Our second challenge – cost.
Many parks that can easily fill up during snowbird season, do not accept the half-priced club we belong to, so we have paid quite a bit more in staying at these parks then we were accustomed too. I suppose if we had decided to winter up in the north we wouldn’t have this problem, but aren’t willing to make quite that much of a concession for a saving a few bucks.
Our third small challenge (which hasn’t been a big deal for us) is dining out.
When staying in Branson, at the beginning of our adventure, we spoke with a nice retired gentleman who gave us some helpful hints. One of his hints involved the “Blue Hairs” as he called his flock. “When you are in Mesa and other such points this winter, wait to go out to dinner until about 6:30. Us "Blue Hairs" like to eat at 4:00 pm and you’ll never get a seat for a big family until later.” Since we don’t frequent restaurants all that often this hasn’t proved to be a huge issue for us. But it is definitely something to think about when you are planning to eat out.
Now, the benefits of RVing during the winter season are almost as numerous as the challenges.
Benefit - Our kids seem to find foster grandparents everywhere
We have thoroughly enjoyed hobnobbing with the snowbirds. The biggest benefit is that our kids seem to find foster grandparents everywhere. While we were in Corpus Christi over Christmas, our kids were fussed over and even given special gifts.
On Christmas Eve we all went to a Christmas Karaoke being held at the RV Park’s Community Hall. All of our kids were asked to come up front and sing along with the microphones. Then they were given roaring applause and hugs from the retirees in attendance. Even our teenager enjoyed the attention and gave some bows, hamming it up as usual.
One of the retired couples told our boys that if they were really good on Christmas Eve, Santa could make it snow sand dollars. It was with wonder-filled eyes that our sons opened the blinds on Christmas morning and found sand dollars hanging all over our tented dining area outside the RV. Those sand dollars are now a cherished Christmas ornament and will probably be a memory that we will re-tell every year throughout our son’s lives.
Our children are always greeting and meeting the four-legged “children” of the snowbirds, which is usually fun for both ends of the generational spectrum! Even on tours and sites, the retirees have been very friendly and effusive in their attention to our kids, making them feel welcome and special.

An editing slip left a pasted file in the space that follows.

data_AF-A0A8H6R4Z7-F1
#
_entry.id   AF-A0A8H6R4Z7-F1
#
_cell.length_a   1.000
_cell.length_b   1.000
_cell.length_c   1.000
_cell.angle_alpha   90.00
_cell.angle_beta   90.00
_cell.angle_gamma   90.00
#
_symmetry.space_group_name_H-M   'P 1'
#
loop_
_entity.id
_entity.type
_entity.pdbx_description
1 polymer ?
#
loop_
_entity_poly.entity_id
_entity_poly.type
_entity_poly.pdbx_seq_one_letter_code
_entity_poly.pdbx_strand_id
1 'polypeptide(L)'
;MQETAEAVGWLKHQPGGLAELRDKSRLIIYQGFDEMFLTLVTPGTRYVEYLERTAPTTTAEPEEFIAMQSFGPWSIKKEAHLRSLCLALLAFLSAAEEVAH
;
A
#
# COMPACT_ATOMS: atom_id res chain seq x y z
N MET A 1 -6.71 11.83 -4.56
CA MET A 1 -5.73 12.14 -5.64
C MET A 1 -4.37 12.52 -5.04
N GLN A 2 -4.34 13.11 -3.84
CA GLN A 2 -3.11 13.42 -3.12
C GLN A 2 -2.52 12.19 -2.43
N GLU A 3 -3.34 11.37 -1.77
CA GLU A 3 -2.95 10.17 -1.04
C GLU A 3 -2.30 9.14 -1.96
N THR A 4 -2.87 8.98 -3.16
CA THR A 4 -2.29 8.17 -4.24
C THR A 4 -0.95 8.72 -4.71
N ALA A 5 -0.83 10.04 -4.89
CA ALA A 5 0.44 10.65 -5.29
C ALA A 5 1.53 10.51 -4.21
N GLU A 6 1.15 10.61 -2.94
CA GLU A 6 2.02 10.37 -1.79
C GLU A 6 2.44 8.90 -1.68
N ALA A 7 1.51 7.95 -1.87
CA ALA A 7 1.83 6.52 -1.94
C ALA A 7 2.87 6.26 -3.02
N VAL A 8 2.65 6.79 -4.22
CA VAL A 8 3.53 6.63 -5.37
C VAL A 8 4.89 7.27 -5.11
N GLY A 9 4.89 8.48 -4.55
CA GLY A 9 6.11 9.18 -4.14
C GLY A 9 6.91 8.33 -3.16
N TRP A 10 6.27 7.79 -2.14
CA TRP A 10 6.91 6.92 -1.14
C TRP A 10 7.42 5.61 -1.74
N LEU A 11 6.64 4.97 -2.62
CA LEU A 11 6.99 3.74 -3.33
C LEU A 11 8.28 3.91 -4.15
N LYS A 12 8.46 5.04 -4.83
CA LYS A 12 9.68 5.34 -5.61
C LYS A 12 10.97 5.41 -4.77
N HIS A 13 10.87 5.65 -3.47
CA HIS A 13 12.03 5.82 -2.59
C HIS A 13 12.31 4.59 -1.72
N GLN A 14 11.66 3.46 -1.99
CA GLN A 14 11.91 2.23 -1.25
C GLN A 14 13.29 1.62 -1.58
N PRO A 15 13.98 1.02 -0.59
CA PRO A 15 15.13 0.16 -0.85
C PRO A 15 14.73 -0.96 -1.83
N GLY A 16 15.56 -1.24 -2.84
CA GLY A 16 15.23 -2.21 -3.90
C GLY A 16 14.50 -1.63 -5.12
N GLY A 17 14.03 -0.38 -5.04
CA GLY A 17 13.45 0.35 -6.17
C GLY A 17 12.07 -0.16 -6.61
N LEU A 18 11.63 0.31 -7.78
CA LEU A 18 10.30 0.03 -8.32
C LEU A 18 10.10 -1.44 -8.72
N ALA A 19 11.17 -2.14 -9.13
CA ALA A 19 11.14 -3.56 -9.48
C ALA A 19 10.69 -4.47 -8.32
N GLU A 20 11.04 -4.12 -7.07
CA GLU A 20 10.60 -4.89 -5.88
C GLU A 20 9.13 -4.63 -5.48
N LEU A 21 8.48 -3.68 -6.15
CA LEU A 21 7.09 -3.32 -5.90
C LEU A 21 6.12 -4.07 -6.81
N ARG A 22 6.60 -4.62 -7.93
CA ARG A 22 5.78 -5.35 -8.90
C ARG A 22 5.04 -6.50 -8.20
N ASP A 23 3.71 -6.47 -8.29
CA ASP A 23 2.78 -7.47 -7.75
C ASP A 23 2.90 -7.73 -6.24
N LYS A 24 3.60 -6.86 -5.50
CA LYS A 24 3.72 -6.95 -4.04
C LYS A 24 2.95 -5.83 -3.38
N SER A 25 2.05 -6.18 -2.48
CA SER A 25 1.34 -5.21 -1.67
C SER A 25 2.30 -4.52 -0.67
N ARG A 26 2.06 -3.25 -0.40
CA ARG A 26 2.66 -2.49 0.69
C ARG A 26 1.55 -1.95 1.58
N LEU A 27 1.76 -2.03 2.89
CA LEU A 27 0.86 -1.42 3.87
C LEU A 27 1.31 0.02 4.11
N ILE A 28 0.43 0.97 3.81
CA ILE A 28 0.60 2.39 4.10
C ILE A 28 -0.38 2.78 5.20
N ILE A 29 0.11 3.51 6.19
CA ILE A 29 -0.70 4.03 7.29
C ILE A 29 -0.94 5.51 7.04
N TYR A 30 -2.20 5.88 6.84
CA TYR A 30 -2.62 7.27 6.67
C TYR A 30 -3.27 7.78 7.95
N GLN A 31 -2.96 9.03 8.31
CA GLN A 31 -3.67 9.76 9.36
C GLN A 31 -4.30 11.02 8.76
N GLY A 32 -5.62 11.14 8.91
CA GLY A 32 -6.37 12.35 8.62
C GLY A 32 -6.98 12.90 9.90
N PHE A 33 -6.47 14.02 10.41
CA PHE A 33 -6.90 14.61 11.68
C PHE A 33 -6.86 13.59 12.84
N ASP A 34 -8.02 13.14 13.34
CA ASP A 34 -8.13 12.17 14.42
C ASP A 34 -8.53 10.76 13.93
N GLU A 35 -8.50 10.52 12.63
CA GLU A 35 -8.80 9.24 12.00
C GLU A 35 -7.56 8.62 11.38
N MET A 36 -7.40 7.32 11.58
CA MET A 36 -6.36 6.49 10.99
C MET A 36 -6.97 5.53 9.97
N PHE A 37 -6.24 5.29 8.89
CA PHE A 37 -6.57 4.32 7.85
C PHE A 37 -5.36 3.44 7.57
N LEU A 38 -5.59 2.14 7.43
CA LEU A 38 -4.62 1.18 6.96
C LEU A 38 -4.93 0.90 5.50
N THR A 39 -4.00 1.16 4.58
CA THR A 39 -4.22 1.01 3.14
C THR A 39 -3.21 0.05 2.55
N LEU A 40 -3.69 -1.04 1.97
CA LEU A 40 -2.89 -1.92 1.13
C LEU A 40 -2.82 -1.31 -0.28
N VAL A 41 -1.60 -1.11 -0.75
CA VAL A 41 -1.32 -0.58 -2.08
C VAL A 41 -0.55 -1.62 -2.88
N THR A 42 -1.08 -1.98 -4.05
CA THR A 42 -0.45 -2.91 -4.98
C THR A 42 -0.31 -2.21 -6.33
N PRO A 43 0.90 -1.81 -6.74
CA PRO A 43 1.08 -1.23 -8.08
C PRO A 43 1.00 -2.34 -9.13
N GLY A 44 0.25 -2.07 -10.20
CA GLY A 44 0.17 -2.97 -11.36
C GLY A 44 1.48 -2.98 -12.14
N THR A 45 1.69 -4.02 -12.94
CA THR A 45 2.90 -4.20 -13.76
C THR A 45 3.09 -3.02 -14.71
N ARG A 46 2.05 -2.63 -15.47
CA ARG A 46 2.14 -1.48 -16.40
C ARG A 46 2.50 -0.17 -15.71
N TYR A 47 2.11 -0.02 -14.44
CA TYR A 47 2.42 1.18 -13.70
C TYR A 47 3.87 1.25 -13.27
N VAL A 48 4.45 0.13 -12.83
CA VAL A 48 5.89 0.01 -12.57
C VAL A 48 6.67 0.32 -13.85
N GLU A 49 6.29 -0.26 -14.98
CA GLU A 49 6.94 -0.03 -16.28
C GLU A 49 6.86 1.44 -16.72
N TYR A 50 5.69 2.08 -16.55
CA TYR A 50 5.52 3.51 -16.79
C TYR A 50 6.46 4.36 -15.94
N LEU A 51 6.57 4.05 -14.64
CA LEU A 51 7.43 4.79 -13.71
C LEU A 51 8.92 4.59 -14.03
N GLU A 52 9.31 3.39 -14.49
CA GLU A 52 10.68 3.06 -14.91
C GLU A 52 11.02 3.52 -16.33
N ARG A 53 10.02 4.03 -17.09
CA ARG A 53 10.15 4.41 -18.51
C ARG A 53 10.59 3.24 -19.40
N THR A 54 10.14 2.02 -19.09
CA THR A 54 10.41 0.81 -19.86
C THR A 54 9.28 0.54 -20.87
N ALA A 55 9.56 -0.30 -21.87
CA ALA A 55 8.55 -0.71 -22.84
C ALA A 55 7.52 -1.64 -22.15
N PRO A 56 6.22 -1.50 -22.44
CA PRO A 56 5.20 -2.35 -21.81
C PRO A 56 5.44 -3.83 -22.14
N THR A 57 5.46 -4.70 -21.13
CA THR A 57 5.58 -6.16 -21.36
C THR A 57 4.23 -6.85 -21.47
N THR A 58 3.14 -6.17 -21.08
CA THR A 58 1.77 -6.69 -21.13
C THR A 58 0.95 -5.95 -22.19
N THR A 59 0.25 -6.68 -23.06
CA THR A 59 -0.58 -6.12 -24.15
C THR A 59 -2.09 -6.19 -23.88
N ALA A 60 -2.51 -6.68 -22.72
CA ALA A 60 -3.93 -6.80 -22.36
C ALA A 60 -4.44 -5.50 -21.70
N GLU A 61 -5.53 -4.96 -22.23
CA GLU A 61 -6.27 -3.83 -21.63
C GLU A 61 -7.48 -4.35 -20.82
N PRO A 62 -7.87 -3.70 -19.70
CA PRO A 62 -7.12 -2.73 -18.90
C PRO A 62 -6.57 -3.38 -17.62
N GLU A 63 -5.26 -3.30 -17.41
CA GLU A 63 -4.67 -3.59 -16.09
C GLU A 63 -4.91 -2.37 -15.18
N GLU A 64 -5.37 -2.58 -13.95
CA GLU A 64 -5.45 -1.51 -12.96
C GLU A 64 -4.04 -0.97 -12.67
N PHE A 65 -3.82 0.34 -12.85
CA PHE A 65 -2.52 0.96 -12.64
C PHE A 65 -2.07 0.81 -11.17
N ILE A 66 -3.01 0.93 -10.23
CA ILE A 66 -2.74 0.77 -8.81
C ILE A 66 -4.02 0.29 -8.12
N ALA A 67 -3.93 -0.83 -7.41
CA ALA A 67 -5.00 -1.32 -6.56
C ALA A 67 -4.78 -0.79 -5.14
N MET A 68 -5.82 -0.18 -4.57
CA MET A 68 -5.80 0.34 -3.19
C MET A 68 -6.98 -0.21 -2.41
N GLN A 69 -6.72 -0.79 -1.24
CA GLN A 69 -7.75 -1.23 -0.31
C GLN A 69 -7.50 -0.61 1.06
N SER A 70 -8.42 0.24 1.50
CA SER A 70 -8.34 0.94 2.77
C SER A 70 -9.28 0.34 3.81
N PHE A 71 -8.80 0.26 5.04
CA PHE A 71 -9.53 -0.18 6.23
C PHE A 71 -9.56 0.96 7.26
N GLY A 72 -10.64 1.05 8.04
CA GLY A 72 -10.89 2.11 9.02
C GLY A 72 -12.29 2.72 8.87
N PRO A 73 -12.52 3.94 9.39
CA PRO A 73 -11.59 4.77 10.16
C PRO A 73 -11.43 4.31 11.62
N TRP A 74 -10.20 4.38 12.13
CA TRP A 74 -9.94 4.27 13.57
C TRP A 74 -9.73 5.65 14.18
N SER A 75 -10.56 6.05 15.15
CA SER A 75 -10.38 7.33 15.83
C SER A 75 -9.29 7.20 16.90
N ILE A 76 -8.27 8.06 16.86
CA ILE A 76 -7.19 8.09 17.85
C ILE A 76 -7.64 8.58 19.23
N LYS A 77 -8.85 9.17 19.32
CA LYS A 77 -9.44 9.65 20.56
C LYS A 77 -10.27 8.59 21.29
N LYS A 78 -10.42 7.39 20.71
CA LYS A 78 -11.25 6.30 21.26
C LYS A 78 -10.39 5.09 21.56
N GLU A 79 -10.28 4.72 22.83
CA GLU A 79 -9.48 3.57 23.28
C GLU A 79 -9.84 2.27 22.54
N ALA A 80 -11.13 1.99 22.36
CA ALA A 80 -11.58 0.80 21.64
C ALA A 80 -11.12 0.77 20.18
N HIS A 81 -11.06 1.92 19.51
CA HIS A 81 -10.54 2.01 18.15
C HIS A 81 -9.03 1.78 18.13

Benefit - Offseason travel leads to relative lack of crowds
One of the other benefits of visiting sites like the USS Lexington in Corpus Christi or Carlsbad Caverns in New Mexico during offseason is the relative lack of crowds. It’s been wonderful to roam around sites like these and be able to learn about them without crowds pushing and jostling each other to get a better view. There are even fewer crowds at activities like the junior ranger programs and swimming at the beach! Most of the park rangers at national parks have given our kids an amazing amount of personal attention, answering all their questions and sharing their knowledge with our kids. In fact, we have tried to make sure that we take our sons to most of these places when other families have their children in school.
Benefit - Escaping cold weather reports
Of course, the biggest benefit of RVing in the south during Snowbird season is that we can sit back and smile as we listen to all the reports of cold weather, snowstorms and icy roads. It’s quite possible that our senior southern travelers have understood this all along. Once again, we find ourselves learning from our elders.
The last time my husband and I spent a winter in Florida, we toggled between workamping and sightseeing. After we managed a pumpkin lot in South Florida for a couple of weeks, we spent some downtime lounging around an RV resort near Orlando. Then we headed back south for a month to manage a Christmas tree sales lot and wrapped up our Florida trip with an extended stay on the Gulf Coast. It was a great way to spend the winter because there was so much to see and do. With an abundance of sunshine, palm trees, activities and beautiful beaches, it’s pretty obvious why this state is a favorite among the Snowbird crowd. Whether you choose the Gulf Coast, the East Coast, or anywhere in between, there is no shortage of ideal locations to park your rig.
So, just where do you go once you hit the Sunshine State? It all depends on your RVing style. Looking for a ritzy crowd? You might like an upscale RV resort on the west coast in Naples. Love more of a laid back style? Check out the RV parks situated on the Gulf Coast in Florida’s panhandle. Nature lovers will enjoy one of the 50 glorious Florida State parks that have a campground. One such gem is Sebastian Inlet State Park located on Florida’s east coast about 15 miles south of Melbourne Beach. If wasting away in Margaritaville sounds more your speed, then make a beeline for the Florida Keys. And if entertainment options galore are what you seek, then check out the area surrounding Walt Disney World Resort. One of my favorite Florida RV resorts is located nearby. Encore’s Lake Magic RV Resort in Clermont has super spacious sites, two pools, tennis courts, and a clubhouse; just to name a few of the amenities. It’s proximity to my favorite amusement park seals the deal.